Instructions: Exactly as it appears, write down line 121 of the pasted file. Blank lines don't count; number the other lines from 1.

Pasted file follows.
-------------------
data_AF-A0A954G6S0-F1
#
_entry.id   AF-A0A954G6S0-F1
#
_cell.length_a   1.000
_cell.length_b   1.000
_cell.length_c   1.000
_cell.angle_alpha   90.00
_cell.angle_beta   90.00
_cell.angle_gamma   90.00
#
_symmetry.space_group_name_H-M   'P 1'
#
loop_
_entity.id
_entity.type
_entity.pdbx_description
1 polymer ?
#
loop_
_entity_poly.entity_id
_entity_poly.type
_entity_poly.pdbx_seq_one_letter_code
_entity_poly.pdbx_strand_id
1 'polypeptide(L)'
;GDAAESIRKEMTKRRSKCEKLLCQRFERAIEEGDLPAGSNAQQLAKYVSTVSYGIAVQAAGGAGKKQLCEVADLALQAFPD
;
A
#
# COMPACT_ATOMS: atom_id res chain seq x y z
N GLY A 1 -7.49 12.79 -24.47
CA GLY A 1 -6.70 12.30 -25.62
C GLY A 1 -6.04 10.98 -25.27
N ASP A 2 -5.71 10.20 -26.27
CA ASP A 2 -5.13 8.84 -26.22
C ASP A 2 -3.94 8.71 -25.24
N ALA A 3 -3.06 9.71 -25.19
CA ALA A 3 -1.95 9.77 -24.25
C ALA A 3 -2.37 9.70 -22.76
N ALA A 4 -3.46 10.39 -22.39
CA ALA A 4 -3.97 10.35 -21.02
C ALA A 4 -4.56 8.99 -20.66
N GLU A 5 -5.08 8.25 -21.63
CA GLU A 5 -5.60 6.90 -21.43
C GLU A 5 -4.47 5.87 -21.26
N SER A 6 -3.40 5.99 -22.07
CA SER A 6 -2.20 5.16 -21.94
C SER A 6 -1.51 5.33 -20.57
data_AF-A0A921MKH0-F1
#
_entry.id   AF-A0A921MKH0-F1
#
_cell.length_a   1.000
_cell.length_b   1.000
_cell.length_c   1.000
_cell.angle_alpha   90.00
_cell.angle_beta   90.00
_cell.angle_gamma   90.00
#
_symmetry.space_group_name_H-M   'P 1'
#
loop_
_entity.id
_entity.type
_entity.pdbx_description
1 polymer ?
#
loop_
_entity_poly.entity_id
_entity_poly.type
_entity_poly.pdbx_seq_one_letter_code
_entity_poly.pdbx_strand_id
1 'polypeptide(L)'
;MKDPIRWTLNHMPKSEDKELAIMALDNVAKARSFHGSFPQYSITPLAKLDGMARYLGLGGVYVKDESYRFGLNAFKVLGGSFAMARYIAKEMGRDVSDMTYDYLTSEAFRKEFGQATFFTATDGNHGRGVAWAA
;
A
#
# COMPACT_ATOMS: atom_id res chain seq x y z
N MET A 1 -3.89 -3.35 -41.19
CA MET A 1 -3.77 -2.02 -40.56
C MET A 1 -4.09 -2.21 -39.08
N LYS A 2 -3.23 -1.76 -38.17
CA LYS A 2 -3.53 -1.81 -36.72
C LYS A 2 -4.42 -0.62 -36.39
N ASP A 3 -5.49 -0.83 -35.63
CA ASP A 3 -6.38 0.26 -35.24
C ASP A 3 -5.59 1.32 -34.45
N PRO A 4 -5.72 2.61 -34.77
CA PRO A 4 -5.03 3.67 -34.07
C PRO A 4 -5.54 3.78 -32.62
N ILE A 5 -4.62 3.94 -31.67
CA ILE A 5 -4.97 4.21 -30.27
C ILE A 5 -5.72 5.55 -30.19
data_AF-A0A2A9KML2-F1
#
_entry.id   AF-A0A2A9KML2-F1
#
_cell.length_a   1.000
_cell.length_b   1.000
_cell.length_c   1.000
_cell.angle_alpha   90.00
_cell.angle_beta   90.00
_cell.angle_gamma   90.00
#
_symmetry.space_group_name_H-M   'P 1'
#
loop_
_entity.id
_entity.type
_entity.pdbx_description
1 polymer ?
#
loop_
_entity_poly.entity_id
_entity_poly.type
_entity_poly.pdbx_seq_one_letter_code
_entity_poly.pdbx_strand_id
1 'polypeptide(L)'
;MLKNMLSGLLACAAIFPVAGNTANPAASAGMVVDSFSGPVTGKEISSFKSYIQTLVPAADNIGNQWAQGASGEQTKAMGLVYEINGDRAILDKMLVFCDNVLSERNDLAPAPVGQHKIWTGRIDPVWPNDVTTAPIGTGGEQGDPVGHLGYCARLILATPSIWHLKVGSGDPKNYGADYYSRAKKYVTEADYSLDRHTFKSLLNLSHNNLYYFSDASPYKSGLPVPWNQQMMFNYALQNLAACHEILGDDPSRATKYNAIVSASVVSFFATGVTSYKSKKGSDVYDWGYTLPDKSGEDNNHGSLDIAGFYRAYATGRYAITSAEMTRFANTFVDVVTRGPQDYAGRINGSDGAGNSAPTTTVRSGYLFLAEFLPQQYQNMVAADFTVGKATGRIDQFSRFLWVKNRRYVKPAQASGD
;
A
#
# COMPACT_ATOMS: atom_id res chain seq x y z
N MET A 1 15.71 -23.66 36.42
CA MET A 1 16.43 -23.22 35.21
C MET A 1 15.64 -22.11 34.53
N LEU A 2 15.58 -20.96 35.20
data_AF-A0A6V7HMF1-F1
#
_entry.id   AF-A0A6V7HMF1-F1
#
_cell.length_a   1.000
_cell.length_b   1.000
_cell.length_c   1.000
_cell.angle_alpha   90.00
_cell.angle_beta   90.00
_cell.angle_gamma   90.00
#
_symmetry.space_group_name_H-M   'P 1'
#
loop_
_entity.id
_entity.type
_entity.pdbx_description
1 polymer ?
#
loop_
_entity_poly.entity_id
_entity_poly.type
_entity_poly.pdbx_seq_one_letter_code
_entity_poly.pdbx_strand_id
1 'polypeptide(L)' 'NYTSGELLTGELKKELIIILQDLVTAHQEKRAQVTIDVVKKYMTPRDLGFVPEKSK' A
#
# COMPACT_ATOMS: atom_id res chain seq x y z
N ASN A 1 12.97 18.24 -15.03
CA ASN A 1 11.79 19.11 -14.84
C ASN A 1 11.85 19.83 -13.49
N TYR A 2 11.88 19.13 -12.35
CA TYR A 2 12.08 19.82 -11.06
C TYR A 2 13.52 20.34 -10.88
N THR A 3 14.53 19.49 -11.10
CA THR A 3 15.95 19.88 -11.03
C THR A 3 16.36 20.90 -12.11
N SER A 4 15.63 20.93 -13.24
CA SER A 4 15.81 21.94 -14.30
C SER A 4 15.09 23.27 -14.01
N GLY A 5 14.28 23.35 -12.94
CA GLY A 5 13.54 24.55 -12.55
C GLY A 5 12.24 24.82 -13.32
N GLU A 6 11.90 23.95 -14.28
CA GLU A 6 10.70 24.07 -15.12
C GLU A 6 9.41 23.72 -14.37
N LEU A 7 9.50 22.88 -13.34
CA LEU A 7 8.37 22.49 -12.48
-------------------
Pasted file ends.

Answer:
A